Washington. -- It has been clear from the outset that loan guarantees were not the issue between the Bush administration and the government of Israel, nor was the proposed 120-day delay in submitting the issue to the U.S. Congress.
Problems like these are routinely compromised by governments without arousing the curious intensity the Bush administration has brought to this issue.
A Time magazine correspondent sensed this intensity when Mr. Bush walked into the White House press room with ''the stony fighter-pilot look in his eyes, not unlike the determination he exhibited the morning after Iraq invaded Kuwait.'' But Israel is not Iraq and Yitzhak Shamir is not Saddam Hussein. He is rather the constitutional leader of a democratic ally.
Newsweek magazine described Mr. Bush as ''furious.''
He described himself as ''one lonely little guy down here'' fighting off ''powerful political forces.'' But that ''lonely little guy'' is the 6-foot 3-inch president of the United States and the ''powerful political forces'' were just Americans talking to Congress the way Americans always do on contested issues.
When the administration decided to go public with the housing-loan debate, the issue escalated and took on a life of its own. Some saw it as a test of wills. Some saw it as the administration's effort to prove its ''even-handedness'' to Palestinians. Some saw it as reflecting Mr. Bush's personal antipathy toward Mr. Shamir.
One anonymous official guessed out loud that it was ''as much a matter of personality as of policy.'' Another correspondent observed that Mr. Bush's relations with Mr. Shamir had been ''icily formal'' from the beginning.
Newsweek tried to explain what was happening in terms of the president's background: ''Bush comes from an East Coast foreign-policy establishment whose members have often felt that interests in the Middle East were being sacrificed to domestic politics. When he took over the Oval Office, according to his friends, he decided on a tougher line. The atmospheric change was evident from the outset.''
But, as Secretary of State James Baker left Jerusalem last week, it became clear that more had changed than the atmosphere.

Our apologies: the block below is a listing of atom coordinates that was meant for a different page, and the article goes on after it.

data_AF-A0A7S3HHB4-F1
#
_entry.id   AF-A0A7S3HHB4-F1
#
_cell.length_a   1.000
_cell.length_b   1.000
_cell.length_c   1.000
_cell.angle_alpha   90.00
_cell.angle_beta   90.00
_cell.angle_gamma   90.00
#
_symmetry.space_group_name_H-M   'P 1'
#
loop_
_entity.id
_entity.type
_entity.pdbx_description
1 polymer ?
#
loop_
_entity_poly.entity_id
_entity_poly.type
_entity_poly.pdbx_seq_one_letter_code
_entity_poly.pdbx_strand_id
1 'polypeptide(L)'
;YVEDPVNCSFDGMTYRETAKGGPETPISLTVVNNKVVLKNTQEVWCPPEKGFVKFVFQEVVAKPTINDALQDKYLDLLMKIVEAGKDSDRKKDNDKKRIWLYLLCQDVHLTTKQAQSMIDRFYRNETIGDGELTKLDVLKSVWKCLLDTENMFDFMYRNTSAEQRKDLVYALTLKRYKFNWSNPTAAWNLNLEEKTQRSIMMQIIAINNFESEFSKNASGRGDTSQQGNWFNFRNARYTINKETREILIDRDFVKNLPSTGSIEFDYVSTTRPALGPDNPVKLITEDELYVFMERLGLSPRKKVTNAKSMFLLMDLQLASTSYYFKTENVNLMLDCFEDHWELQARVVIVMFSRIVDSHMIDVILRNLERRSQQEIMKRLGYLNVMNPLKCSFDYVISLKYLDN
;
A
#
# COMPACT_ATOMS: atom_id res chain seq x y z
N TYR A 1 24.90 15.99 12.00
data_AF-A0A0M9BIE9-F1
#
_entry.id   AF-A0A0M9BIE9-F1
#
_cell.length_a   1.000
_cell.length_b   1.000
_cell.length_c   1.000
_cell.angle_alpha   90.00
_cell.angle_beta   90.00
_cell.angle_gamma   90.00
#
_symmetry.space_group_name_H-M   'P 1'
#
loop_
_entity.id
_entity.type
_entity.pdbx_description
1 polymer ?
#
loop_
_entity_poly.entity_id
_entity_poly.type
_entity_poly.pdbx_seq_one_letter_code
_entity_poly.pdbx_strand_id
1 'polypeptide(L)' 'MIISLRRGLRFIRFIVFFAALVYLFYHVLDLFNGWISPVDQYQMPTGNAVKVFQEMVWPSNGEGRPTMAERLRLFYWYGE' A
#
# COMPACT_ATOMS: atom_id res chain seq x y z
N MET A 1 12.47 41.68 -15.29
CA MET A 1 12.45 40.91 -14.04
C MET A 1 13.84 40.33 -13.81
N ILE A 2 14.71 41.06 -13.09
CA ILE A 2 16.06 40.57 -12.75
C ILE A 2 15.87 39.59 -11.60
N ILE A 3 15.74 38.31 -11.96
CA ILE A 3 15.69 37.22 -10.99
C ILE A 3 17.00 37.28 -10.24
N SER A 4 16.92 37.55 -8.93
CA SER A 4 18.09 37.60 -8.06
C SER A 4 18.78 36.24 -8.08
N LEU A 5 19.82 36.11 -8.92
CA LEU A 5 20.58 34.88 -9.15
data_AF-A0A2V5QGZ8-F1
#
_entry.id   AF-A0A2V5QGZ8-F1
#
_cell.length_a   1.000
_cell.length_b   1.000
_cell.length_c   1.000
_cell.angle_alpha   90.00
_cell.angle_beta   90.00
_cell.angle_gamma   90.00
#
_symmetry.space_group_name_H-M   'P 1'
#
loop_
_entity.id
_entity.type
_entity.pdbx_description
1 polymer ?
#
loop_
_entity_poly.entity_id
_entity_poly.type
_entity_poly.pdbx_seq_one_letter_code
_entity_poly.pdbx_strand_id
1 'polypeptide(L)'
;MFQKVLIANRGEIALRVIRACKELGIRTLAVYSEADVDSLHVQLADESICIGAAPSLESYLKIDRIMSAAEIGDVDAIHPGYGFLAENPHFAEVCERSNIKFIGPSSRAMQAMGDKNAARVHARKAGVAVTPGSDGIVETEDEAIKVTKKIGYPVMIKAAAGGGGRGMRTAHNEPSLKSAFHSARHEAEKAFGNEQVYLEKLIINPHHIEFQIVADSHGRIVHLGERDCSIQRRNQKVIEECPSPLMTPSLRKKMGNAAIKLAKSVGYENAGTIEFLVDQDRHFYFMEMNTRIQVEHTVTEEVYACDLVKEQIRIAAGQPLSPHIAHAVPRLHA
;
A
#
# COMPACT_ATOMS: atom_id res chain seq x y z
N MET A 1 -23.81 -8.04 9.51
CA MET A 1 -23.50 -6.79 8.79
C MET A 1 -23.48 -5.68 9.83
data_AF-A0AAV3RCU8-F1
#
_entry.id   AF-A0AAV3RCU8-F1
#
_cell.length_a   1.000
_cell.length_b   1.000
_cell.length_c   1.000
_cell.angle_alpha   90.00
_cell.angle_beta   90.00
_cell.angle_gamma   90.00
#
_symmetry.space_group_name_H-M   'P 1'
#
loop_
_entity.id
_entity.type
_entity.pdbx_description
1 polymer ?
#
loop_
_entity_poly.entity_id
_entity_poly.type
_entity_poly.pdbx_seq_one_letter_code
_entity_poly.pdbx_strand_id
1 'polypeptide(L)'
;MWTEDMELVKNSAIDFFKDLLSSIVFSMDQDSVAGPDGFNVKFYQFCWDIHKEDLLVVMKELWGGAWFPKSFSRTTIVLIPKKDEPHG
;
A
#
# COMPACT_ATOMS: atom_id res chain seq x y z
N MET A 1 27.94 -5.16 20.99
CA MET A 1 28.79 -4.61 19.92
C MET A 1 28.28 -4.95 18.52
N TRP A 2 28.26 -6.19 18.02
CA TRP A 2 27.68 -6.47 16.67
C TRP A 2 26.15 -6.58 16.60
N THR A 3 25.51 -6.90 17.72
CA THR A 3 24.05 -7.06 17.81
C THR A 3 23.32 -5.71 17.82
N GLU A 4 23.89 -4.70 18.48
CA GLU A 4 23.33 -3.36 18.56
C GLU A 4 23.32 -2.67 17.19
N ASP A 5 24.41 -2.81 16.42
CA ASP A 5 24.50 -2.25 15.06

The administration wants a total freeze on new Israeli settlements as a price for U.S. loan guarantees. But it didn't want to talk about it until after the planned Mideast peace conference began in October. So the administration sought to delay sending the request to Congress because it feared a searing debate would lead Arabs or Israelis or both to refuse to attend that conference.
The demand for a freeze on new settlements may be seen by many as tantamount to a demand that Israel relinquish claims to the West Bank, Gaza and the Golan Heights. Is the United States really making this demand? Has it become a party to the peace conference, not simply a mediator?
The loan guarantees offer fresh evidence of the priority the Bush administration gives to the Arab-Israeli peace process. But it still is not clear why Mr. Bush and Mr. Baker think the conference has a reasonable chance of succeeding.
The objective circumstances for a comprehensive peace in the area have not improved. There are still too many violent dictators, too many violent fanatics. There is still too little respect for human rights.
Saddam Hussein is still in power. So are the Jordanian and Palestinian leaders who ardently supported his invasion of Kuwait. Yasser Arafat still heads the PLO, and the PLO still terrorizes its opponents -- or tries hard to do so. And so do various dissident PLO leaders.
Hamas, the fundamentalist organization in Gaza, and the Iranian Hezbollah are still active. They not only oppose peace talks, they threaten to kill anyone who attends them.
Syria's Hafez el Assad is still there and while Mr. Baker and President Bush wooed him in hopes of bringing him to the peace table, he continued the consolidation of power in Lebanon. The same day Mr. Baker was in Jerusalem urging Mr. Shamir not to be difficult, the parliament of occupied Lebanon ratified an agreement giving Syria the ''right'' to intervene in Lebanon's politics.
Democracy, which is sweeping Eastern Europe, has made no progress in the Middle East. Yet American pressure for reform and democratization in this region are strangely absent.
One wonders why the Bush administration has so much interest in imposing peace and so little interest in encouraging pluralism and democracy, without which peace is improbable.
Jeane Kirkpatrick writes a syndicated columnist.